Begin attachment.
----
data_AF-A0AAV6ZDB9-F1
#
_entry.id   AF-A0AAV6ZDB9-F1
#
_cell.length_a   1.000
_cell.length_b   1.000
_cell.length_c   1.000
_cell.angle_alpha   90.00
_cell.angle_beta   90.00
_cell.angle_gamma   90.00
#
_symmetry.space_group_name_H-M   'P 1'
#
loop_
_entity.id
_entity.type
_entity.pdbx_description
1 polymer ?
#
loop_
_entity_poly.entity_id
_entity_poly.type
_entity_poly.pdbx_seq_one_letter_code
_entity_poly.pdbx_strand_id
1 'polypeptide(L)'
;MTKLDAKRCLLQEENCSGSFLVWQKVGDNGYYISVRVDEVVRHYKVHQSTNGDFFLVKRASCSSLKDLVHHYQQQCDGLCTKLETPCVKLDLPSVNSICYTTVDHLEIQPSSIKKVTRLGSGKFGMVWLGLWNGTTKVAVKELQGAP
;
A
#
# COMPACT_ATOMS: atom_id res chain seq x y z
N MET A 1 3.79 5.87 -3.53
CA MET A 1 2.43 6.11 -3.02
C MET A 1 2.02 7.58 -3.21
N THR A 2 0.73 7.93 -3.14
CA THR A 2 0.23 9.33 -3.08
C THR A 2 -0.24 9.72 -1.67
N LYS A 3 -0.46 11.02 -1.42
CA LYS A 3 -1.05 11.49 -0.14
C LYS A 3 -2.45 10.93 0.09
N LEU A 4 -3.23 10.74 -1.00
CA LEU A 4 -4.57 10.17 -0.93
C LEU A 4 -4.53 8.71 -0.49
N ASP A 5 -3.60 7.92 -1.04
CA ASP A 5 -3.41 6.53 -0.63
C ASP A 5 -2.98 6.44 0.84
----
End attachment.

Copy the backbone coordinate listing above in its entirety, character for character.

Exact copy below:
data_AF-A0AAV6ZDB9-F1
#
_entry.id   AF-A0AAV6ZDB9-F1
#
_cell.length_a   1.000
_cell.length_b   1.000
_cell.length_c   1.000
_cell.angle_alpha   90.00
_cell.angle_beta   90.00
_cell.angle_gamma   90.00
#
_symmetry.space_group_name_H-M   'P 1'
#
loop_
_entity.id
_entity.type
_entity.pdbx_description
1 polymer ?
#
loop_
_entity_poly.entity_id
_entity_poly.type
_entity_poly.pdbx_seq_one_letter_code
_entity_poly.pdbx_strand_id
1 'polypeptide(L)'
;MTKLDAKRCLLQEENCSGSFLVWQKVGDNGYYISVRVDEVVRHYKVHQSTNGDFFLVKRASCSSLKDLVHHYQQQCDGLCTKLETPCVKLDLPSVNSICYTTVDHLEIQPSSIKKVTRLGSGKFGMVWLGLWNGTTKVAVKELQGAP
;
A
#
# COMPACT_ATOMS: atom_id res chain seq x y z
N MET A 1 3.79 5.87 -3.53
CA MET A 1 2.43 6.11 -3.02
C MET A 1 2.02 7.58 -3.21
N THR A 2 0.73 7.93 -3.14
CA THR A 2 0.23 9.33 -3.08
C THR A 2 -0.24 9.72 -1.67
N LYS A 3 -0.46 11.02 -1.42
CA LYS A 3 -1.05 11.49 -0.14
C LYS A 3 -2.45 10.93 0.09
N LEU A 4 -3.23 10.74 -1.00
CA LEU A 4 -4.57 10.17 -0.93
C LEU A 4 -4.53 8.71 -0.49
N ASP A 5 -3.60 7.92 -1.04
CA ASP A 5 -3.41 6.53 -0.63
C ASP A 5 -2.98 6.44 0.84